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I did a science fair project using glass squares cut the same size and thickness. I fractured the glass by dropping the same weight at the same spot. Why didn't it break the same way?
Question Date: 2004-01-28
Answer 1:

Fascinating project!!! First of all, glass does not have crystal planes, so any time you hit it, it will break in an irregular pattern that sort of looks like circular fractures. We call this "conchoidal fracture".

A true crystalline solid, like calcite, will always break along its crystal planes, no matter where or how, or how hard you hit it. You might say that glass breaks "chaotically". That means that a very minute change in the way you hit the glass will result in an unpredictable way in which it breaks.

You can try to set up the breaking conditions very carefully: you can take a polished pointed weight, drop it from a precisely measured height in precisely the same way every time, but there are tiny variations in exactly the angle at which it hits the glass that you cannot control. Because glass is not a crystalline solid, the way it breaks will be sensitive to the very minute variations in the breaking conditions. And so it will never break the same way twice. Perhaps you have coined a new saying: "Glass never breaks the same way twice." Congratulations!

Answer 2:

There are two reasons I can see that your glass did not break the same way. One is that even though you tried your best to cut the squares exactly and drop the weight exactly the same they are probably still slightly different. The other reason is in the actual formation of the glass. When glass is made the particles will arrange in a slightly different manner making each piece stronger or weaker in different spots. So, the weaker places are more likely to fracture, each time creating a different pattern.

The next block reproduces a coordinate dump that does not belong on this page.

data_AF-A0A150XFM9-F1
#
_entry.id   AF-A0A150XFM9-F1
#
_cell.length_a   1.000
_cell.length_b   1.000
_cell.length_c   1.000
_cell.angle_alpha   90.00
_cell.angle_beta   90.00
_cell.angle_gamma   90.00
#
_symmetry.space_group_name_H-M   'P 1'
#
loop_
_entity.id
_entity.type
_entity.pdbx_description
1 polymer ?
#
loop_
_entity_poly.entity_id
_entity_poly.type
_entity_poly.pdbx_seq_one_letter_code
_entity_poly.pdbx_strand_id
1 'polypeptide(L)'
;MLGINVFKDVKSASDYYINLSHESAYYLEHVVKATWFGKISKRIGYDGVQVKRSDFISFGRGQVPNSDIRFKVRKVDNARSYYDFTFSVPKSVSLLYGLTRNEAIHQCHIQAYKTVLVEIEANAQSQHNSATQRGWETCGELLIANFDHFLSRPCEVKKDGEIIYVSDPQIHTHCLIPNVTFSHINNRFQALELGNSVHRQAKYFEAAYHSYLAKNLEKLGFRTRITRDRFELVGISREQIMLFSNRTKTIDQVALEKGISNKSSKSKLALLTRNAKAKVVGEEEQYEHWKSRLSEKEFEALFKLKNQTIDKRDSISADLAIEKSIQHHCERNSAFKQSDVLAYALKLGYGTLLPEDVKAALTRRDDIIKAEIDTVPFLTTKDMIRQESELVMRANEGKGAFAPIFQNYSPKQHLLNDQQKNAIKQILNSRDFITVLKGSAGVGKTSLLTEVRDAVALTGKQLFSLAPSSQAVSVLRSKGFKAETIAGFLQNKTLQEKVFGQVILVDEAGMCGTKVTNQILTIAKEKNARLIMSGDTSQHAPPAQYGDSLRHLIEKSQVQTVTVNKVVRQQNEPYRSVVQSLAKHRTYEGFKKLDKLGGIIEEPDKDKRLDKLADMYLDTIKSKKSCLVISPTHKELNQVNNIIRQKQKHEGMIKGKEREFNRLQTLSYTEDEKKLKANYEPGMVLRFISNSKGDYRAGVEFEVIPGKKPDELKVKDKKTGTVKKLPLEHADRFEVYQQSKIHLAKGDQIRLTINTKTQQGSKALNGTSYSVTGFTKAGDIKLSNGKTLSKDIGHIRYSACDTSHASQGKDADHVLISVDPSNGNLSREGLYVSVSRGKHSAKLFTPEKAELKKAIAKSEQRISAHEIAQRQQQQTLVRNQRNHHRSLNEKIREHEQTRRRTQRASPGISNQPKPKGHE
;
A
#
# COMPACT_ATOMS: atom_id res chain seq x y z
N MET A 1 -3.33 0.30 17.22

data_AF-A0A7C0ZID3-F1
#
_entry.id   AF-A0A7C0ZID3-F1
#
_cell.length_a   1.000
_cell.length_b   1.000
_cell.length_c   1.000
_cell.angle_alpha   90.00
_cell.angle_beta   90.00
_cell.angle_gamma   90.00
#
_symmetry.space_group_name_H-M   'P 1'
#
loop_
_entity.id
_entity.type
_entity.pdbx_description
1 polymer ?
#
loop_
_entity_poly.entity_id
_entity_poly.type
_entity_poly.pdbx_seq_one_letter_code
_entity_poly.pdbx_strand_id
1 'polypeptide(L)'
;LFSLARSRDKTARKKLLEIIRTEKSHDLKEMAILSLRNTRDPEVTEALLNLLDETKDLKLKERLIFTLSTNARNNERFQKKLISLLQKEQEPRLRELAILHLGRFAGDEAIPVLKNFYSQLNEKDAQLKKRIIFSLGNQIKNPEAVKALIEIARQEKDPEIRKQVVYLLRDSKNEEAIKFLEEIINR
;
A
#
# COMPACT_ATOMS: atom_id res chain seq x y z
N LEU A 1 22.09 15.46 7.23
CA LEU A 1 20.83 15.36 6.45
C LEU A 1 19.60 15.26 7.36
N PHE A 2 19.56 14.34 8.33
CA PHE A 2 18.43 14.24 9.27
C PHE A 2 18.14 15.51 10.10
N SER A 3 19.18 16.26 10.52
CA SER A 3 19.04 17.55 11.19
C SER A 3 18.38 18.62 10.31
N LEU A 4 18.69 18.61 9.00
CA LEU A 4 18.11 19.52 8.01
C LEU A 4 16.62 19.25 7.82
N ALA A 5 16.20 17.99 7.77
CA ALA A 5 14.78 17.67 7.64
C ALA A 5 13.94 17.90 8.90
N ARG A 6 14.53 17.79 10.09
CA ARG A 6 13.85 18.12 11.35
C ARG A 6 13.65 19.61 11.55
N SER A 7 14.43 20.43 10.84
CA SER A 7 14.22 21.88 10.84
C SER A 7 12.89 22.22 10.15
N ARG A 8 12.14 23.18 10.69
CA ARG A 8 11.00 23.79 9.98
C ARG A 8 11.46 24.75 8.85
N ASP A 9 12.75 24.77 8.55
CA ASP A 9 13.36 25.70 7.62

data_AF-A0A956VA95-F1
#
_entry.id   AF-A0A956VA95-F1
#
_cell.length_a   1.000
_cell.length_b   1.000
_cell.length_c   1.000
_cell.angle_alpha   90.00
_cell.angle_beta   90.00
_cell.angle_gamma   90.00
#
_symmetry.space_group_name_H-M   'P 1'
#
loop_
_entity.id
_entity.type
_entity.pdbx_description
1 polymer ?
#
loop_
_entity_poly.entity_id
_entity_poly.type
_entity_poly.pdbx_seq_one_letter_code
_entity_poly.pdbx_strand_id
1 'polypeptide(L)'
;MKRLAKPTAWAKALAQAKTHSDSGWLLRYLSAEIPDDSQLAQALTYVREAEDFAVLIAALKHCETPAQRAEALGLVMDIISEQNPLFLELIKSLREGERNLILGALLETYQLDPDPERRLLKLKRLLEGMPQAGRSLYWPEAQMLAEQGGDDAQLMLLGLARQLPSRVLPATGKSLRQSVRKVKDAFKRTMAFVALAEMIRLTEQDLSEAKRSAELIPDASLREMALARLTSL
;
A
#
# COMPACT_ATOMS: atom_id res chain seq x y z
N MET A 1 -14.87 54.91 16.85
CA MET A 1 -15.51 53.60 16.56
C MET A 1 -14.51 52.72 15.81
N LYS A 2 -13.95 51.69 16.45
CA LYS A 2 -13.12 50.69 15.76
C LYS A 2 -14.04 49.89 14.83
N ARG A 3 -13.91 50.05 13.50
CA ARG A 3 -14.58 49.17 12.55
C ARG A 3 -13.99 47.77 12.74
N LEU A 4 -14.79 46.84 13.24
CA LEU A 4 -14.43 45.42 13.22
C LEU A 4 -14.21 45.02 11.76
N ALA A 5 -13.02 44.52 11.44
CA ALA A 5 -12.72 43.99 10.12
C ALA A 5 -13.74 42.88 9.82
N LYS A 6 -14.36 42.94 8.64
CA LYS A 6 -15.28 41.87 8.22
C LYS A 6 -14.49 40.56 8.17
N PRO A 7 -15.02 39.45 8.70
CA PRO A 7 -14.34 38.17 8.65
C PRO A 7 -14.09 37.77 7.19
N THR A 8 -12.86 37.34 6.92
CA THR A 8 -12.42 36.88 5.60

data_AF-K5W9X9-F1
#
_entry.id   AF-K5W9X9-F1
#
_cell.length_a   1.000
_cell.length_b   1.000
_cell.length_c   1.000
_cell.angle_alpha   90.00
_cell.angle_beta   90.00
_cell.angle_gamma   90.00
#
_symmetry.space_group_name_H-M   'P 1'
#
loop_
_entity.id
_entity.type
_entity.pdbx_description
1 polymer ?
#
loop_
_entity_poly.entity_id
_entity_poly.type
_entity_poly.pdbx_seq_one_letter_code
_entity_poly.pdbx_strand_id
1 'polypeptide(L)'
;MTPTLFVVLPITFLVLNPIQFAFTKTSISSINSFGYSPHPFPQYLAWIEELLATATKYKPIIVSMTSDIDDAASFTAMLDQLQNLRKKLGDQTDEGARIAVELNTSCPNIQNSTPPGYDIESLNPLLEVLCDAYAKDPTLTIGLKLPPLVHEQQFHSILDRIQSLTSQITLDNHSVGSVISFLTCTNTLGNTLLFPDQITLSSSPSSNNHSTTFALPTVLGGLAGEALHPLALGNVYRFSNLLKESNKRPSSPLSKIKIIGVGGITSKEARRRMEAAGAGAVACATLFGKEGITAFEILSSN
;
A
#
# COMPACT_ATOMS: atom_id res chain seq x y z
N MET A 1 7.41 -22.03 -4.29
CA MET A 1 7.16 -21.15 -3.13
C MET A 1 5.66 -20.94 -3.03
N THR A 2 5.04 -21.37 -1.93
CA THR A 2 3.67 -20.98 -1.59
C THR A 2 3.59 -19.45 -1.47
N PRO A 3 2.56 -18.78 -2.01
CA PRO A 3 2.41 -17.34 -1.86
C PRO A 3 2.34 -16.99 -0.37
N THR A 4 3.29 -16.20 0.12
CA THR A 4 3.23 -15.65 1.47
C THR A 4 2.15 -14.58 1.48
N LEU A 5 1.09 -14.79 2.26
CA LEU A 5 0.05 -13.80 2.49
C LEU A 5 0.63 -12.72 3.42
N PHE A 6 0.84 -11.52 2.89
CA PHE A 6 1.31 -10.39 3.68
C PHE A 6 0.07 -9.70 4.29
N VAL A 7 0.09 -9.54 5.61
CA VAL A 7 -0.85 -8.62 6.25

Answer 3:

This is a very interesting experiment. Glass breaks (fractures) in what is called a conchoidal manner and the reason for this is related to the fact that glass has a very special kind of disorder in the structure. One of the characteristics of conchoidal fracture is that it is difficult to predict how exactly it will take place. Researchers are still working on precisely the same experiment you have described; so many congratulations for having picked a fascinating problem to work on.

Answer 4:

Your question is a good geology question. Glass is amorphous, meaning that it's atoms are not arranged in an orderly manner. Minerals, on the other hand, form in an organized way and their atoms are lined up in flat sheets or in cubes, for example. This pattern repeats itself over and over as the crystal grows.

Glass is sort of like a mineral in that it is hard and can occur naturally (like volcanic glass) but glass is not crystalline (doesn't grow in crystals made up of atoms with a specific arrangement).

In a mineral crystal, some atoms are bonded more strongly than others. Where the bonds are weak, the crystal is most likely to fracture if you smash it. Take halite (salt), for example. It's weakest planes are all 90 degrees from each other so that the mineral breaks into perfect cubes. The cubes may be different sizes but they always have the same shape.

You can test me. Use a magnifying glass and take a look at some salt from your salt shaker at home. You'll see that all or most of the salt pieces are little, tiny cubes. (They may not be perfect cubes anymore if they rubbed on each other too much, but they'll be close). Because glass is not crystalline, it breaks into many different shaped pieces. I hope this helps!

Answer 5:

This is because glass has a property called conchoidal fracturing. That means that it doesn't break in a straight line, but in almost a spiral pattern. If you break a square of say halite (salt crystals) they always break into smaller squares. This is due the arrangement of atoms within. Glass has an arrangement of atoms that is equally strong in all directions so it won't break on the same line each time.

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